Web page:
Places: Where Body meets World
We believe in the resurrection. That is our Eastertide confession, rooted in the biblical vision of the inherent goodness of the body and earth. We worship a resurrected Jesus whose body could be touched; we follow disciples who visited an empty tomb. The Good News is an announcement about bodies, earth, and place.
It is at this same intersection of body and earth that the slippery notion of place begins to materialize. Being embodied creatures means that we are also “implaced” creatures. We must always be somewhere. Whether that somewhere is a home, a school, a city, a farm, a wilderness, a suburb, a bedroom, or a boardroom, we are attached to places. Why Place Matters is a collection that reminds us of this point precisely because, oddly enough, even implaced creatures can forget they’re placed.
Thinking about “place” is tricky though; it’s like trying to get a fish to understand wetness. Whether we articulate it or not, place—in its built or unbuilt form—is the medium through which we always move. Local historian Joseph Amato’s sprawling definition is perhaps one of the best encapsulations of place in the collection. As he puts it:
In singular, unique, and kaleidoscopic combinations, a place forms young minds and the veins and roots of engrained habits in older citizens. Sidewalks, storefronts, alleys, fields, churches, and schools host the rituals, ceremonies, and celebrations by which individuals and generations experience and know, make and represent their lives.
This definition—like this collection of essays—awakens us to a renewed sense that our places are not merely the sites we move through, but are the powerful meaning-making structures that can shape, for better or worse, our individual and collective identities.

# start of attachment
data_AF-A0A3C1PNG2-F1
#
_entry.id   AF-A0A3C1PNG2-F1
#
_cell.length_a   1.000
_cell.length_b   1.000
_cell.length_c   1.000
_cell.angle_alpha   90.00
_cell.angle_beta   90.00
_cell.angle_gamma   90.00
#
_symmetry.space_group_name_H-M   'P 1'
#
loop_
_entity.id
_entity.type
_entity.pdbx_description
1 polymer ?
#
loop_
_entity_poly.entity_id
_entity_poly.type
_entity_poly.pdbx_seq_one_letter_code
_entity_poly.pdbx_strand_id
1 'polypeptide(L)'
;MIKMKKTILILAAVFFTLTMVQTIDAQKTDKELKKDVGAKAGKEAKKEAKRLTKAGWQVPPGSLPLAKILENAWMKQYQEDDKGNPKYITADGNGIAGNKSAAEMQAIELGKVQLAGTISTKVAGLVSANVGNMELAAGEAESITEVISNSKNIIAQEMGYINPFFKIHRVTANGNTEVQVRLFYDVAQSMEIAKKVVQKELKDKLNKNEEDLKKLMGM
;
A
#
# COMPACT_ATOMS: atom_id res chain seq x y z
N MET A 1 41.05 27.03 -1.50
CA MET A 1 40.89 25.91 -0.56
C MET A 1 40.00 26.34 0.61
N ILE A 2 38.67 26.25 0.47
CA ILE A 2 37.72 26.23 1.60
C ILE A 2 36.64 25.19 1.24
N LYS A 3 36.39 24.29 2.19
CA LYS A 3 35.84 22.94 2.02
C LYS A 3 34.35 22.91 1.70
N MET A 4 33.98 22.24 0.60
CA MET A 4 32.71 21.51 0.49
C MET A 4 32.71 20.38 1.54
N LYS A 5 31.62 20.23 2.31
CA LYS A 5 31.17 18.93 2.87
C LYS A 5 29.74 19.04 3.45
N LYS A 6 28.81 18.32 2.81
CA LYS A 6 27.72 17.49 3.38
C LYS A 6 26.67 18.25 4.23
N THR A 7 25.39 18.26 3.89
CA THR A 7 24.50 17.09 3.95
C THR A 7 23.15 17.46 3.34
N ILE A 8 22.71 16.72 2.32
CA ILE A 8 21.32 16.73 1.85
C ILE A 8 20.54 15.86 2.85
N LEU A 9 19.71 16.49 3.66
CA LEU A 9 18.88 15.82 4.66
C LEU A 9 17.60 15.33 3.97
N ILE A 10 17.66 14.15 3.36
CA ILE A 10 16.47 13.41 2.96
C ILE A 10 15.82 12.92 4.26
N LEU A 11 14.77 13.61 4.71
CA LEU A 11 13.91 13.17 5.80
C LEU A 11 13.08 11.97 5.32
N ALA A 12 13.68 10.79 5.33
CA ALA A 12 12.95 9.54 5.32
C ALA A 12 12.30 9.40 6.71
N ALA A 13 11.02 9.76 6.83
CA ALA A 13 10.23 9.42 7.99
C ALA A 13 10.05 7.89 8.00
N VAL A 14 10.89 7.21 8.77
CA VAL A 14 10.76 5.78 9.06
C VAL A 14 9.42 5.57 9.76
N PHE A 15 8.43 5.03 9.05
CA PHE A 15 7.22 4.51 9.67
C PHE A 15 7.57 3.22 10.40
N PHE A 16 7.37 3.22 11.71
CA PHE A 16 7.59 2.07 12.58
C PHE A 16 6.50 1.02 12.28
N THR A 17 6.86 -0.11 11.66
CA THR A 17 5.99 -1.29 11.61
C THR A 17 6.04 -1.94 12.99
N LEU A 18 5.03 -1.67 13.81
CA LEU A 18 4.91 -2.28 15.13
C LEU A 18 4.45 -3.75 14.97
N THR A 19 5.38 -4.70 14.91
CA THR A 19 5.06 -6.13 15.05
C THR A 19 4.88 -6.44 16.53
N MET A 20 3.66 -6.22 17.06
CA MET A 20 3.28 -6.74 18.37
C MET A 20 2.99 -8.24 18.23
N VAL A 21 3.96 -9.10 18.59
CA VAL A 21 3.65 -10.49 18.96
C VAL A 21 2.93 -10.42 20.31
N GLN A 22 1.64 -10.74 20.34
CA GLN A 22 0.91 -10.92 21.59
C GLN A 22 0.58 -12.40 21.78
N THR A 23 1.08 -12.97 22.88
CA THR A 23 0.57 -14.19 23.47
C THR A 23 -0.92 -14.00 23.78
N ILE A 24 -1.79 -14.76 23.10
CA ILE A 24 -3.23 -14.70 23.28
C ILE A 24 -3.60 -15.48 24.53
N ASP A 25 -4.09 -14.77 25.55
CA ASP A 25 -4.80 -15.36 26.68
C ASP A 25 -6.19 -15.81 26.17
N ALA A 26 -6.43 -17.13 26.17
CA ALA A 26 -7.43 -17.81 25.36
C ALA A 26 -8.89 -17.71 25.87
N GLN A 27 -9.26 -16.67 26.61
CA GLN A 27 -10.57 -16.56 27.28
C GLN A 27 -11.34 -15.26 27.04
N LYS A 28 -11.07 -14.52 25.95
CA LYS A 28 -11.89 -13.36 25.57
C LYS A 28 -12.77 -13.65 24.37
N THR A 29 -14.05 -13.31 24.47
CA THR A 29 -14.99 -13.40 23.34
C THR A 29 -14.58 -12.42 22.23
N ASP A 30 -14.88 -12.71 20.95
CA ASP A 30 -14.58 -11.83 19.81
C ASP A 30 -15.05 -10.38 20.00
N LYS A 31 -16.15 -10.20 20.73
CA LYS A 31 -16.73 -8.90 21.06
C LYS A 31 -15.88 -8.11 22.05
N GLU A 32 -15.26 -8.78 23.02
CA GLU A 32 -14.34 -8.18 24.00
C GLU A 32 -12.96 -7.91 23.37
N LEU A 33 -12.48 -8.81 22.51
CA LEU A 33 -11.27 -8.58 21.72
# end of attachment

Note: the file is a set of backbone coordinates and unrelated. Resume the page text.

Because place has such a power to shape, we must be mindful of how we shape our places. It’s important to remember that at birth our first places are outside our choosing, they are gifted to us much like Eden was to Adam and Eve. Yet as we grow older we increase our power and responsibilities to steward our places, serving them to make them better. Places—good places—are constantly being made and re-made by the various people who inhabit them, generationally or even only for a short time. This dynamism complicates things by adding a historical dimension: the meanings of a place become layered through time. Because of such human, geographical, and historical complexities, good places must also be distinct places. That is, the City of Hamilton, Central Park, the Serengeti, or the Salisbury Cathedral should take pride when they are like no other place. The true sign for a healthy culture, so this book suggests, is when such unique, diverse, local places can be found speckled across the map.
It’s at this point, though, that some readers might become frustrated with this collection, since the idea that we need a diverse range of distinct places is more often assumed than rigorously supported.